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ADHD: Not a One-Size-Fits-All Condition

Different kinds of ADHD may need different solutions.

ADHD is expressed in many different ways

ADHD is not a one-size-fits-all condition. This is because ADHD taps into a more general process called self-regulation. Self-regulation affects everything from how we deploy our attention to whether we are impulsive to how we manage our emotions.

Some children with ADHD also have a tendency to depression or anger. Their struggle with self-regulation means they have a harder time handling those emotions than someone without ADHD. They are impulsive, inattentive, and prone to anger-control problems. Other children with ADHD have a tendency to be exuberant and outgoing—and risk-taking. They have a harder time regulating these impulses than someone without ADHD, and so they go to extremes.

Another kind of difference is in energy level. Some types of self-regulation problems lead to problem-inhibiting behavior—so some individuals with ADHD are very active and impulsive. Others lead to problem-activating behavior—so a child or adult has a sluggish tempo and struggles to initiate their activity when they should. Some individuals are both impulsive and sluggish—their energy waxes and wanes. This is another sign of difficulty in regulation.

A final example is attention. You may have noticed that a child with ADHD cannot focus on homework or conversation, yet can be absorbed for hours in a video game—and then cannot handle transitioning away. These two kinds of attention problems—under-focus and over-focus—have the same root. They are both problems with the self-regulation of attention. On the one hand, they can’t focus when they should. On the other hand, their attention is captured readily by captivating stimuli, like a video game, and it’s hard to break away.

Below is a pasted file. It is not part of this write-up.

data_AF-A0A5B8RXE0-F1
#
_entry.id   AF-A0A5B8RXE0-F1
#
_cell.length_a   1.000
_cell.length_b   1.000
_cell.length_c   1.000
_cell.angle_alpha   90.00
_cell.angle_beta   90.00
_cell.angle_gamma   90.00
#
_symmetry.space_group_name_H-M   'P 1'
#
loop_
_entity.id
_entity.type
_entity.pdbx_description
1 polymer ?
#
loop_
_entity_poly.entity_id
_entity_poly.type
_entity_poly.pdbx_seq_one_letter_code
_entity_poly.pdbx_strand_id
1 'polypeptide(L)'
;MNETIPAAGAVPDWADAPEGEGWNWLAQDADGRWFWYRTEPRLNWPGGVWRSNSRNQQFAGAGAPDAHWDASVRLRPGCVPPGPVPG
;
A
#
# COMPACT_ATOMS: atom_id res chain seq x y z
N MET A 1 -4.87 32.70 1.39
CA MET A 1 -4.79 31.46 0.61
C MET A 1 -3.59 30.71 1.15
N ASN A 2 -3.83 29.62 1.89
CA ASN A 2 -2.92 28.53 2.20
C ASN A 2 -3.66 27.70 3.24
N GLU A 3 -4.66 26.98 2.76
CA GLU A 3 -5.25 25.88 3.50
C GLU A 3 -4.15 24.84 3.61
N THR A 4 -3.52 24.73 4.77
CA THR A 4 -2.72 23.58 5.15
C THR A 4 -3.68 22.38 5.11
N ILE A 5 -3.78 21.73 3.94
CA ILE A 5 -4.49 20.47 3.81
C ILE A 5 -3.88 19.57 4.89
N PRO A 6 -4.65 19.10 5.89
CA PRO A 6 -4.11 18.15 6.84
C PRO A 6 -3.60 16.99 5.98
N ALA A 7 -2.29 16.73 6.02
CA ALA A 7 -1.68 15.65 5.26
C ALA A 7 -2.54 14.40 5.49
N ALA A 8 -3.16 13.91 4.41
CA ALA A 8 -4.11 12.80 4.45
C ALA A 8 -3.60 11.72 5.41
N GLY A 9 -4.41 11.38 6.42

Likewise, even though it’s usually impossible to trace the cause of ADHD in a specific child, we know that at a population level, ADHD has many contributing causes and risk factors. It is certainly influenced by genetic predisposition, but also by perinatal problems, maternal and paternal health, early social experiences, diet (at least in some cases), and exposure to pollutants. The mix of causes and influences may vary in important ways within the population we think of as having ADHD.

We are increasingly able to see reliable and distinct clinical profiles of the sort mentioned above. We are also beginning to see different levels of genetic risk. Distinct brain imaging profiles are starting to emerge and will eventually be verified. It seems highly likely that there are likely several ways to have ADHD and several forms of it. Science is still finding out how to describe these variations in a way that is most accurate in the clinic.

The upshot: Personalize your plan

With this in mind, it is important to personalize the action plan for yourself or your child with ADHD. Your plan should take into account the best practices and best evidence for ADHD as a whole, yes. But that likely will not be enough (except for a lucky few!).